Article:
New Senate bill would allow victims to sue websites that host revenge porn, forced sexual acts

New Senate bill would allow victims to sue websites that host revenge porn, forced sexual acts
© Greg Nash

A group of bipartisan senators on Wednesday introduced legislation that would allow victims depicted in online "revenge porn" or in forced pornography to sue the websites hosting this content.

The Survivors of Human Trafficking Fight Back Act would allow victims of forced or coerced sexual acts, along with victims depicted in sexual imagery made public without their consent, to sue websites that knowingly host or distribute video or pictures of these acts.

It would also criminalize both the knowing distribution of media depicting these types of forced or coerced sexual acts and the knowing distribution of media depicting sexual acts as part of a “revenge porn” effort. 

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The bill is sponsored by Sens. Josh HawleyJoshua (Josh) David HawleyBiden's push for unity collides with entrenched partisanship The Hill's Morning Report - Presented by Facebook - Senate nears surprise deal on short-term debt ceiling hike The Memo: Culture war intensifies over school boards MORE (R-Mo.), Maggie HassanMargaret (Maggie) HassanDemocratic incumbents bolster fundraising advantage in key Senate races Warnock raises .5 million in third quarter McConnell-aligned group targeting Kelly, Cortez Masto and Hassan with M ad campaign MORE (D-N.H.), Joni ErnstJoni Kay ErnstDemocrat Mike Franken launches challenge to Grassley in Iowa Trump heads to Iowa as 2024 chatter grows Photos of the Week: Manchin, California oil spill and a podium dog MORE (R-Iowa) and Thom TillisThomas (Thom) Roland TillisGOP rallies around Manchin, Sinema Advocates frustrated by shrinking legal migration under Biden Key debt-limit vote sparks major fight among Senate Republicans MORE (R-N.C.). 

The legislation was rolled out in the wake of a New York Times column published last week, which detailed allegations that the popular porn website Pornhub hosted videos that contained rape scenes, revenge porn and underaged sex. 

Hawley tweeted last week in reaction to the column that he planned to introduce the new legislation as a result of the reporting. 

"Sites like Pornhub routinely escape responsibility for facilitating abuse, trafficking, and exploitation, making millions for themselves in the process,” Hawley said in a statement on Wednesday. “Meanwhile, the victims of this abuse have little recourse against these powerful companies, who thrive on spreading depraved content. Serious criminal penalties are needed to crack down on these tech executives who think they are above the law."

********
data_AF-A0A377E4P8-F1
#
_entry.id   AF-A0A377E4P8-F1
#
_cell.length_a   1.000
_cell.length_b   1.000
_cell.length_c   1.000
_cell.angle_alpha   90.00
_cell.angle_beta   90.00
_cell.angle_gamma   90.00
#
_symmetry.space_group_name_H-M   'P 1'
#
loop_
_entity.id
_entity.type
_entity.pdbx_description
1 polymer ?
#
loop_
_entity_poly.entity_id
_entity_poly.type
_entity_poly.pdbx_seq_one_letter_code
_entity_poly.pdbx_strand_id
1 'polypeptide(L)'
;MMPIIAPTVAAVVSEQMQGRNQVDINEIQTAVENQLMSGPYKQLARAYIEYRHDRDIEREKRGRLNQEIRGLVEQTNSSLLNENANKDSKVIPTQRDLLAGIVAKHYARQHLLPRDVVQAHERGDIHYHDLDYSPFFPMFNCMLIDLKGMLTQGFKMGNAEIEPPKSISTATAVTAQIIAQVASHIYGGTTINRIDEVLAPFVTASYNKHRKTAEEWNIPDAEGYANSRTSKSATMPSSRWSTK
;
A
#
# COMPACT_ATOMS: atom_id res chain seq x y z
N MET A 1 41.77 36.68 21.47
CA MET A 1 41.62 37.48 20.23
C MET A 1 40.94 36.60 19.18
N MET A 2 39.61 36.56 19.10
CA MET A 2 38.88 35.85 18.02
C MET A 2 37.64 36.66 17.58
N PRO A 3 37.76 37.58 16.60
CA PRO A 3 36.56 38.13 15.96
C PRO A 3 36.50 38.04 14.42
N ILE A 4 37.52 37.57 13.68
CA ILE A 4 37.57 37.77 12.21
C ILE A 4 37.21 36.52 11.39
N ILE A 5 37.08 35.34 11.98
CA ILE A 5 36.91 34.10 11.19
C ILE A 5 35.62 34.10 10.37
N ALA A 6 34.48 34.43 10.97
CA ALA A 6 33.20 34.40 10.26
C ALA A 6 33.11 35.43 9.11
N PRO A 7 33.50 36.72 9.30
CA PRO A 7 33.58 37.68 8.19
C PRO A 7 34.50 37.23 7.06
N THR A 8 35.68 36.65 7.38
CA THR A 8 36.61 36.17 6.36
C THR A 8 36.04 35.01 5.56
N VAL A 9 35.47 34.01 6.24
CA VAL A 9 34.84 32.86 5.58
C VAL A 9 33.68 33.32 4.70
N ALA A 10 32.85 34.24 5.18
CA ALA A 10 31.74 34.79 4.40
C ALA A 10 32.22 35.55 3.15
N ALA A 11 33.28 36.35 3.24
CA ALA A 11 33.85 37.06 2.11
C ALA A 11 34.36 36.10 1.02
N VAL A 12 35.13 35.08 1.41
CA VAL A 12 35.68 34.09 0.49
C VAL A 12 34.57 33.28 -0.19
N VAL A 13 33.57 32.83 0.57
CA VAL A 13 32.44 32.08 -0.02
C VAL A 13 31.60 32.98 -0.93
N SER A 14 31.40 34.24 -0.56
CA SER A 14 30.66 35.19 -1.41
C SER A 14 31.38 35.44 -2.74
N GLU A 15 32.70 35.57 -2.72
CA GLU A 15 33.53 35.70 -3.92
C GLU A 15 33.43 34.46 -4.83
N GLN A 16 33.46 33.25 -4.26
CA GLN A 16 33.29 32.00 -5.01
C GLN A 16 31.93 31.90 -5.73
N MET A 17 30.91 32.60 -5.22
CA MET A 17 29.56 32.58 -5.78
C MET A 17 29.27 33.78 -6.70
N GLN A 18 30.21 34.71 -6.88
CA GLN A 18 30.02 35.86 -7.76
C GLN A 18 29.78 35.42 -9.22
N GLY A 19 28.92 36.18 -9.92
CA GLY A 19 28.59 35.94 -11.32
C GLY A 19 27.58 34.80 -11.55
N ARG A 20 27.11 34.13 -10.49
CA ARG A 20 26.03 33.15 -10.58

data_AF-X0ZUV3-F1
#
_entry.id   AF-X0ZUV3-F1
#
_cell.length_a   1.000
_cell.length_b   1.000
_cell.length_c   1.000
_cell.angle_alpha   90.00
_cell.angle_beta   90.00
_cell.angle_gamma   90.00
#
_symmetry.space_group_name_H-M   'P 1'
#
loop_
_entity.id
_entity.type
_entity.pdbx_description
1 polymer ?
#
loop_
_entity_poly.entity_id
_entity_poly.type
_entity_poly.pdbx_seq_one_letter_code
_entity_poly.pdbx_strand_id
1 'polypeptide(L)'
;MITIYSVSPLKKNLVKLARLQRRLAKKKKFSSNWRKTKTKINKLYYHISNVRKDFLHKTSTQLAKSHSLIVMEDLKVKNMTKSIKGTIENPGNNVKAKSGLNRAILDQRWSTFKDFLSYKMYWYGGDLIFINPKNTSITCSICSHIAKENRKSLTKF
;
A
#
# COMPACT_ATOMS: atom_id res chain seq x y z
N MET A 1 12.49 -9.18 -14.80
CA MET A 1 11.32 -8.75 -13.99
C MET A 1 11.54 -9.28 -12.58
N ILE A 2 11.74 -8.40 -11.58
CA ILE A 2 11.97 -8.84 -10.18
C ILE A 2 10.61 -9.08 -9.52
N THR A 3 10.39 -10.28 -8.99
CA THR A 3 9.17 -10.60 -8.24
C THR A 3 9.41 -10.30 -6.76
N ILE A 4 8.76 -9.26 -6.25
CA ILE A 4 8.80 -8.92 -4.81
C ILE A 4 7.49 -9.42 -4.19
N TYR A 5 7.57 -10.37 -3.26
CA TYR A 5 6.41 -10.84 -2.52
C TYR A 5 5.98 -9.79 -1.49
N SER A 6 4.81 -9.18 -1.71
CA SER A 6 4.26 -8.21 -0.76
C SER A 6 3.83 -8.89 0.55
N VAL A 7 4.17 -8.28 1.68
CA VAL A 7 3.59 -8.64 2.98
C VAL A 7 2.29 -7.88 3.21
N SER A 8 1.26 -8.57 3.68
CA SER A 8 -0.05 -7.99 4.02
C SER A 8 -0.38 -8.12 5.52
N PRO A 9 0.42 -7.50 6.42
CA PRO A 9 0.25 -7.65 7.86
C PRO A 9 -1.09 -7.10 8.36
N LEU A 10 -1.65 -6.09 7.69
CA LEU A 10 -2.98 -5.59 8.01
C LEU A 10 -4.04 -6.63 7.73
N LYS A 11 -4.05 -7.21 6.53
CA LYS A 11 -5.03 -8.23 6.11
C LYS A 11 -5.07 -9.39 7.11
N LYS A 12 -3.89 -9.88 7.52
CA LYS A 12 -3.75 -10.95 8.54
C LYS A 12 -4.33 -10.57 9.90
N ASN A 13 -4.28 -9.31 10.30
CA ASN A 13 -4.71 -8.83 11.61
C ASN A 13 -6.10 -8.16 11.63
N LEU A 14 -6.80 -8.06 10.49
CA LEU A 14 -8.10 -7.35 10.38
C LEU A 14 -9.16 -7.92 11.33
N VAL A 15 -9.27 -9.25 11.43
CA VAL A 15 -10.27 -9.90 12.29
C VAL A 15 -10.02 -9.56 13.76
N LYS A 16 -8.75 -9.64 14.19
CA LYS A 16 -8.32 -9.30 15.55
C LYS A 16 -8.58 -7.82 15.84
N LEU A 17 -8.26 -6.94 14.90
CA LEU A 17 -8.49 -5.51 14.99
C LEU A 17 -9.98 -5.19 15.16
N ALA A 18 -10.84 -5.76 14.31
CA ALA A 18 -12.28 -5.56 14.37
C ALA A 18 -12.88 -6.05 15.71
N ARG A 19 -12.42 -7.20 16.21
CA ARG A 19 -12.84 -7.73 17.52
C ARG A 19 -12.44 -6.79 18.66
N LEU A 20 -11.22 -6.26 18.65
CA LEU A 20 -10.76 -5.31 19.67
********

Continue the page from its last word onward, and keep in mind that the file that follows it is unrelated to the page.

Hassan said in a separate statement that "we shouldn’t have to pass a law to keep companies from profiting by sharing, without consent, intimate images. But we do.”

“The harm that these companies cause is extraordinary, lasts a lifetime, and should be unthinkable,” she added.

The legislation was introduced the day after Pornhub announced that it planned to immediately ban unverified content from being posted on its site and that it would prohibit users from downloading content in an effort to respond to the allegations brought against the site. 

Hawley tweeted Tuesday ahead of the bill’s introduction that “if true, then Pornhub has nothing to fear from my legislation allowing victims of fraud, coercion, and sex abuse to sue them.”

The bill could also potentially impact the ongoing debate around reforming Section 230 of the Communications Decency Act, which protects social media platforms from being sued based on third party content posted on their sites. 

President TrumpDonald TrumpMcAuliffe takes tougher stance on Democrats in Washington Democrats troll Trump over Virginia governor's race Tom Glavine, Ric Flair, Doug Flutie to join Trump for Herschel Walker event MORE last week threatened to veto the pending 2021 National Defense Authorization Act if it did not include a repeal of Section 230. The House passed a conferenced version of the defense funding bill on Tuesday without the repeal, with the Senate set to vote on the legislation later this week.